Title:
ACTIVE ILLUMINATION 3D ZONAL IMAGING SYSTEM
Kind Code:
A1


Abstract:
An active illumination range camera comprising illumination and imaging systems that is operable to provide a range image of a scene in the imaging system's field of view (FOV) by partitioning the range camera FOV into sub-FOVs, and controlling the illumination and imaging systems to sequentially illuminate and image portions of the scene located in the respective sub-FOVs.



Inventors:
Akkaya, Onur Can (Palo Alto, CA, US)
Bamji, Cyrus Soli (Freemont, CA, US)
Application Number:
15/646124
Publication Date:
01/17/2019
Filing Date:
07/11/2017
Assignee:
Microsoft Technology Licensing, LLC (Redmond, WA, US)
International Classes:
G06T7/521; G01S17/10; G01S17/32; G01S17/89; H04N5/225; H04N5/235; H04N5/445
View Patent Images:



Primary Examiner:
PHAM, NAM D
Attorney, Agent or Firm:
MICROSOFT CORPORATION (REDMOND, WA, US)
Claims:
1. An active illumination range camera operable to determine distances to features in a scene, the range camera comprising: an imaging system characterized by a field of view (FOV) and comprising a photosensor having light sensitive pixels, and an optical system configured to collect light from a scene in the FOV and image the collected light onto pixels of the photosensor; an illumination system controllable to generate and direct a field of illumination (FOI) to illuminate at least a portion of the FOV; and a controller operable to: partition the at least a portion of the FOV into a plurality of zones; control the illumination system to generate and direct a FOI to sequentially illuminate the zones in turn and thereby features of the scene within the zones; based at least in part on a given zone being illuminated by light transmitted in the FOI, activate pixels in a corresponding region of the photosensor on which the imaging system images light from the features in the zone to accumulate photocharge responsive to light reflected by the features from the transmitted light, and inactivate pixels on which light from the features is not imaged; and determine and use data based on the photocharge accumulated by the pixels to determine distances to features in the scene and provide a range image for the scene.

2. The active illumination range camera according to claim 1 wherein sequentially illuminating the zones in turn comprises illuminating each zone a plurality of times to acquire data sufficient to determine distances to features of the scene in the zone before illuminating a next zone.

3. The active illumination range camera according to claim 2 wherein the controller is operable following illumination of each zone each time of the plurality of times to read out the pixels in the corresponding region.

4. The active illumination range camera according to claim 3 wherein using data comprises providing a range image of the features in each zone and stitching the provided range images to provide a range image of the scene.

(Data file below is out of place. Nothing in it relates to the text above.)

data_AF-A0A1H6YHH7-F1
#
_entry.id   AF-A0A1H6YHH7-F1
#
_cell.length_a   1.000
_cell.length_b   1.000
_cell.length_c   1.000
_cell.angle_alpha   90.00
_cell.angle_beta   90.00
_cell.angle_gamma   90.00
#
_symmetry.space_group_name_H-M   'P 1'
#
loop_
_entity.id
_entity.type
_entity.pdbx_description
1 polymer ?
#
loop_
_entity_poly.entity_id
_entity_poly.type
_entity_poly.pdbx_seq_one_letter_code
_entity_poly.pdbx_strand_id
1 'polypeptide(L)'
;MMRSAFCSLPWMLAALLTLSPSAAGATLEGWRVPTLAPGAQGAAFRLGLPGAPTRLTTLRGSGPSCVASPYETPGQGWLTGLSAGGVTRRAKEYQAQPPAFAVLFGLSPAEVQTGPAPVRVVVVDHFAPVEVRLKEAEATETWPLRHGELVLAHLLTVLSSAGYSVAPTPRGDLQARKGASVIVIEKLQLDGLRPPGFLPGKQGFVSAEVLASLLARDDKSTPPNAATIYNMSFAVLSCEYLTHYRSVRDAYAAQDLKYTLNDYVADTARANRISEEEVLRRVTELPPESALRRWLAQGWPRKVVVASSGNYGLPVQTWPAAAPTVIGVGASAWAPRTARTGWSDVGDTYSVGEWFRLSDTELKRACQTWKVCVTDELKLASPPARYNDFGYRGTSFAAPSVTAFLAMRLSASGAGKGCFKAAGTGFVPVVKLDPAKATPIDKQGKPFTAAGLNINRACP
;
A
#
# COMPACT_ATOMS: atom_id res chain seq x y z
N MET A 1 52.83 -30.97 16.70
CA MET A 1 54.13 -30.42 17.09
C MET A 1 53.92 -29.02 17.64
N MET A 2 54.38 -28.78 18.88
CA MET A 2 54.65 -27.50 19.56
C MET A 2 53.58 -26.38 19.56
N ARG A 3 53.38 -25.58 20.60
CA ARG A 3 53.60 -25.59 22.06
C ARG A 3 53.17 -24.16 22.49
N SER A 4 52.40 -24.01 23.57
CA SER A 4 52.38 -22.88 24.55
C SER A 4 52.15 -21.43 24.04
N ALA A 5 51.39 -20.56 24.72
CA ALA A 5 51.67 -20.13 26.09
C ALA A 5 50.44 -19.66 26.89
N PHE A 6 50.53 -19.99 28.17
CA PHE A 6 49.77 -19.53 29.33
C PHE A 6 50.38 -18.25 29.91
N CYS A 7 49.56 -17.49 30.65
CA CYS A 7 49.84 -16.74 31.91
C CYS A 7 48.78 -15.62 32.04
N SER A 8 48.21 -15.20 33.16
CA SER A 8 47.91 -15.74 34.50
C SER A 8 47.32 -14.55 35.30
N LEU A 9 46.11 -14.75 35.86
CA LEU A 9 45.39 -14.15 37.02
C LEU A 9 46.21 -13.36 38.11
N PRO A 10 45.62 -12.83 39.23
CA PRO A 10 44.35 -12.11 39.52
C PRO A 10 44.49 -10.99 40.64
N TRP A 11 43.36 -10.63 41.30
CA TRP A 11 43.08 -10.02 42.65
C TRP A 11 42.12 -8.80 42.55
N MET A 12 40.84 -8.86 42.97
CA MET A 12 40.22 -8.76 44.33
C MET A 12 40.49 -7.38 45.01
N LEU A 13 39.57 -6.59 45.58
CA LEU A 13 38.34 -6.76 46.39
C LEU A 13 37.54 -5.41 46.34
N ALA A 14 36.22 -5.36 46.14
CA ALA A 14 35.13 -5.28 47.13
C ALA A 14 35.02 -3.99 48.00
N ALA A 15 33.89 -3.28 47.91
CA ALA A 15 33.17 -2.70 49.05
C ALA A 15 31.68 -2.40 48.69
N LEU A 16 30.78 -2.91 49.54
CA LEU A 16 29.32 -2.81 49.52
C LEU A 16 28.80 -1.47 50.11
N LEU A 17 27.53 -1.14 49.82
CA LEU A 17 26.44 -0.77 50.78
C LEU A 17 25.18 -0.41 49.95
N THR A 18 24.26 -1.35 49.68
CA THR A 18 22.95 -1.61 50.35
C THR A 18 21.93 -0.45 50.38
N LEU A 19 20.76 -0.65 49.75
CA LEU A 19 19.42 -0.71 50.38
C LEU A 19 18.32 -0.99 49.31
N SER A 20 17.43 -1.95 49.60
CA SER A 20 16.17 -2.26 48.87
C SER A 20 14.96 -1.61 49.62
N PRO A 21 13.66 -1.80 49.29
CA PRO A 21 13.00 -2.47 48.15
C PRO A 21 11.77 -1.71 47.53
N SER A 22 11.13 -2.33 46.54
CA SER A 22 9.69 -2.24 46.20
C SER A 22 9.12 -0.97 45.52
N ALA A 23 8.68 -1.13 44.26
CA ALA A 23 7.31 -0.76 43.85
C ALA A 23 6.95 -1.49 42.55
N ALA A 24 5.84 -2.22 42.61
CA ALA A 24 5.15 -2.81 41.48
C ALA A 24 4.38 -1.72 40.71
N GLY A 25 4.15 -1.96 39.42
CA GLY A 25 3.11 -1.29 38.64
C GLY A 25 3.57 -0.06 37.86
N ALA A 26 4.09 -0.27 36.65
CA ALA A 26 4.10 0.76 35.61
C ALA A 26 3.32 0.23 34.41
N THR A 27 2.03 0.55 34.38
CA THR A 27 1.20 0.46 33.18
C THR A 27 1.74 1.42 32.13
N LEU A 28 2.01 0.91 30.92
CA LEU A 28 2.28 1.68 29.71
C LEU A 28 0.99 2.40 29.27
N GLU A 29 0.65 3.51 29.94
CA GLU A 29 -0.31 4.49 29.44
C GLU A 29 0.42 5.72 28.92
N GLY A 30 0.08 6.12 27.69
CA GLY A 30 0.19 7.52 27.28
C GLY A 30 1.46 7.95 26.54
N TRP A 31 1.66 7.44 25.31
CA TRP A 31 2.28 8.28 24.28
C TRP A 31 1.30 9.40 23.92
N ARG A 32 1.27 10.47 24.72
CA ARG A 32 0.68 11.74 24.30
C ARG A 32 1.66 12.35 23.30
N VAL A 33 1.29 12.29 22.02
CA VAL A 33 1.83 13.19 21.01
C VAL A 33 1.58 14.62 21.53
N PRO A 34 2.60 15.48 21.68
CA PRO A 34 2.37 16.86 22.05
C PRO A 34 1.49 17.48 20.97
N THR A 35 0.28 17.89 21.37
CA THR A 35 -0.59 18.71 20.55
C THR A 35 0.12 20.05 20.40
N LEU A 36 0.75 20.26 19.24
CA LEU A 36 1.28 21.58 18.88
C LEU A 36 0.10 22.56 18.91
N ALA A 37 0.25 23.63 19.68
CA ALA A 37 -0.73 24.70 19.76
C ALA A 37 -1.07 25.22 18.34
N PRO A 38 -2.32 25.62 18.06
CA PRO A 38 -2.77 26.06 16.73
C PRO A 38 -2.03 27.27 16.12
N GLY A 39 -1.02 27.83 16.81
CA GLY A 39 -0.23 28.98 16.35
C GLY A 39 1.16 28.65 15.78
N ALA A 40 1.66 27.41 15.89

5. The active illumination range camera according to claim 1 wherein sequentially illuminating the zones in turn comprises: (a) illuminating each zone once in sequence to accumulate photocharge to acquire a portion of the data for providing a range image of the scene; (b) repeating (a) a number of time sufficient to acquire all the data for providing the range image.

6. The active illumination range camera according to claim 5 wherein the controller is operable following illumination of a zone to store photocharge accumulated by pixels in the photosensor region corresponding to the zone in the pixels.

7. The active illumination range camera according to claim 6 wherein the controller is operable upon completion of each repetition, to read the photosensor to acquire a frame of the photosensor.

8. The active illumination range camera according to claim 7 wherein the controller is operable to using data in all the frames to provide a range image of the scene following a last acquisition of a frame.

9. The active illumination range camera according to claim 6 and comprising reading the pixels in the region to acquire a frame of the region prior to illuminating a next region of the photosensor.

10. The active illumination range camera according to claim 1 wherein partitioning the FOV into zones comprises determining a number of zones.

11. The active illumination range camera according to claim 10 wherein determining a number of the zones comprises determining the number based on reflectance of features in the FOV.

12. The active illumination range camera according to claim 1 wherein the controller is operable to control intensity of light in the FOI illuminating a zone and/or duration of exposure of the zone to the light based on reflectance of features in the zone.

13. The active illumination range camera according to claim 1 and comprising at least one or any combination of more than one of a continuous wave time of flight (CW-TOF) camera, a gated time of flight (GT-TOF) camera, a structured light range camera, and/or a stereo range camera.